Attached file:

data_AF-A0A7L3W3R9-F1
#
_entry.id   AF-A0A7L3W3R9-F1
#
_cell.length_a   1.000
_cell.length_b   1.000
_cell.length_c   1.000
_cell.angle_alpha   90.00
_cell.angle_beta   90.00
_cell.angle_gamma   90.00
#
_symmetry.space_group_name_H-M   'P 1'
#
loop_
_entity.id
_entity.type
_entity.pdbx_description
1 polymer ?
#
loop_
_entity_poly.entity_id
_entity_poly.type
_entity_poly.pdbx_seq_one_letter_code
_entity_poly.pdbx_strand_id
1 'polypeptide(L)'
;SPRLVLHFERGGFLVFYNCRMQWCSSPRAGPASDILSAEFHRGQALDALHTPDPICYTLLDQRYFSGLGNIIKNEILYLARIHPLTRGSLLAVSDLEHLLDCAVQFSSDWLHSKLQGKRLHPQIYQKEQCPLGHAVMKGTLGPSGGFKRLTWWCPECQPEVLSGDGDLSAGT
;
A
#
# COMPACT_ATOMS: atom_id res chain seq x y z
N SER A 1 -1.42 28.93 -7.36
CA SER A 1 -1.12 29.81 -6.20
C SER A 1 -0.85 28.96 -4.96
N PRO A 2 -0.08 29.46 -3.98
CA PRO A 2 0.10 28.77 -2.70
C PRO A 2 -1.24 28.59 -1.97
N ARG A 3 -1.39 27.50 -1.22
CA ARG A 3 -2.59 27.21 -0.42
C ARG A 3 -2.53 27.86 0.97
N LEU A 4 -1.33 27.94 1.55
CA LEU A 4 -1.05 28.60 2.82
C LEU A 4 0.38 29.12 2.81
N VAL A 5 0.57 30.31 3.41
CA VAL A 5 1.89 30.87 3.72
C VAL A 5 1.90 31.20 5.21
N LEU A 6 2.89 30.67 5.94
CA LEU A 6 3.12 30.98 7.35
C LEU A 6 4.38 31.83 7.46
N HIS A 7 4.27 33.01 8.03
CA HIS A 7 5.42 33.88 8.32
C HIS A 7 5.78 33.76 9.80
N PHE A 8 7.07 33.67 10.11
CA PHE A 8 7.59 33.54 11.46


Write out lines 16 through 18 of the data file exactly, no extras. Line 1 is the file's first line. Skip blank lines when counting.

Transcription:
_entity.type
_entity.pdbx_description
1 polymer ?